The benchmark Sensex finished at 48,878.5, down 746 points, or 1.5 per cent, ending its 11-week gaining streak
The Indian markets
on Friday posted their biggest single-day fall in a month amid a slide in global equities and sell-off in the banking space.
Most global stocks dropped, with investors pruning their bullish bets as rising Covid-19 cases sparked concerns about corporate earnings and economic revival. The dollar strengthened and yields rose due to inflation expectations.
The benchmark Sensex finished at 48,878.5, down 746 points, or 1.5 per cent, ending its 11-week gaining streak. The Nifty closed at 14,372, down 218 points, or 1.5 per cent -- the most since December 21.
FPIs sold shares worth Rs 636 crore, while domestic investors pulled out Rs 1,290 crore.
The Bank Nifty index plummeted 3.2 per cent after Bandhan Bank’s jump in provisions and deterioration in asset quality spooked investors. Shares of Reliance Industries fell 2.3 per cent ahead of the December quarter results announcement and dragged the Sensex lower by 143 points. The stocks of Axis Bank, State Bank of India, and ICICI Bank fell over than 3.4 per cent each. Shares of metal companies also plunged, with SAIL dropping 10 per cent and Jindal Steel and Hindustan Copper falling over 5 per cent each.
The fall in the markets
was cushioned by gains in Bajaj Auto, Hindustan Unilever, and TCS. Shares of Bajaj Auto jumped over 10 per cent after it posted a better-than-expected rise in profits for the December quarter.
A day earlier, the Sensex had vaulted past the historic 50,000-mark, but failed to hold the gains as investors judged recent gains as excessive. Since November, the Indian markets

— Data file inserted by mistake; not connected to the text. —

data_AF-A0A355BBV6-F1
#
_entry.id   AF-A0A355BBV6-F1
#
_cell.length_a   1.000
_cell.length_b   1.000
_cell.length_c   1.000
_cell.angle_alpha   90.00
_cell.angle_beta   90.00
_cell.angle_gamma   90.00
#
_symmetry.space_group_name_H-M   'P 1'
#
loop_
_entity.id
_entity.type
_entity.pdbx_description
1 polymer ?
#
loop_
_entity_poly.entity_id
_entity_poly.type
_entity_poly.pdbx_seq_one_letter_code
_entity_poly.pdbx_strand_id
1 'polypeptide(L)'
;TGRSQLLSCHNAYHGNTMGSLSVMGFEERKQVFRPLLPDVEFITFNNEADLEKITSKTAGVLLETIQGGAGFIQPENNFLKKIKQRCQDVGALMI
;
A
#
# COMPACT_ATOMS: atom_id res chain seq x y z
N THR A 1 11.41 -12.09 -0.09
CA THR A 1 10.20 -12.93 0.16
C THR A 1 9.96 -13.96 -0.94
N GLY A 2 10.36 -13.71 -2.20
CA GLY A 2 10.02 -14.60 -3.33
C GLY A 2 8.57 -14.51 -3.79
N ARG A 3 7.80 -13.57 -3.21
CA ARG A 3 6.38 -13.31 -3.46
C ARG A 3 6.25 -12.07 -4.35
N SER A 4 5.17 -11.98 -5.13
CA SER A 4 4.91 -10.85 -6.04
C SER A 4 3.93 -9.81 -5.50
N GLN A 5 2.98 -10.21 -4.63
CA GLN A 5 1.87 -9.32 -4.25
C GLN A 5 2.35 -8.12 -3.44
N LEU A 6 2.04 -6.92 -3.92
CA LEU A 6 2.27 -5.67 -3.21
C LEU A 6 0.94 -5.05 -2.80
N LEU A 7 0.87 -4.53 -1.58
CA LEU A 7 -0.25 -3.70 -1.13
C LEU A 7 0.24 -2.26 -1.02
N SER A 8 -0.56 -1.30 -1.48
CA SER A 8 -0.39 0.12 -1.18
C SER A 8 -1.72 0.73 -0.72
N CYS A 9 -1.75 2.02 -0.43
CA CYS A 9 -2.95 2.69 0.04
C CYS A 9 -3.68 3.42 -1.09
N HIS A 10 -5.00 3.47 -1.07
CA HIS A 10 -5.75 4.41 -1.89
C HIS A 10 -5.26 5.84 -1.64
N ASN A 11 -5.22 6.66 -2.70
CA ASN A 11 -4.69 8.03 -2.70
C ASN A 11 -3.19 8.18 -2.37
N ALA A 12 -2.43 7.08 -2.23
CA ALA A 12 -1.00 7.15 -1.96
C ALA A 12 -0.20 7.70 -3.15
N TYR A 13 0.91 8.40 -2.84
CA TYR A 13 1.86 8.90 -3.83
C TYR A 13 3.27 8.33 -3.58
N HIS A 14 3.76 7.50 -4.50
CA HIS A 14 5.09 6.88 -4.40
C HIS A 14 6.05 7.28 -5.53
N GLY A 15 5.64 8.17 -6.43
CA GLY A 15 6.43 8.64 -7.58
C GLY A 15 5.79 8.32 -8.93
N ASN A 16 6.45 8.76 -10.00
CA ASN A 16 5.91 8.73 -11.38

have rallied more than 25 per cent amid record inflows by foreign investors. Since the March 2020 lows, the benchmark indices are up more than 90 per cent.
Not just India, but a slew of emerging markets also posted record highs this week on hopes of another round of stimulus in the US under the Joe Biden presidency. Already, the dovish outlook adopted by major central banks has helped fuel an unprecedented appetite for risk assets.
Earlier this week, US Treasury Secretary-designate Janet Yellen urged the Congress to “act big” on spending to shore up economic growth, while defending Biden’s $1.9 trillion coronavirus
spending plan. The former Fed chair’s comments gave more fodder to the bulls to take stocks higher.
Market players said domestic investors could keep position light ahead of the Union Budget on February 1. Besides, Budget cues investors will keenly eye results announcements. Nine of the 12 Nifty50 companies that have declared their results for the December quarter surpassed analyst estimates.
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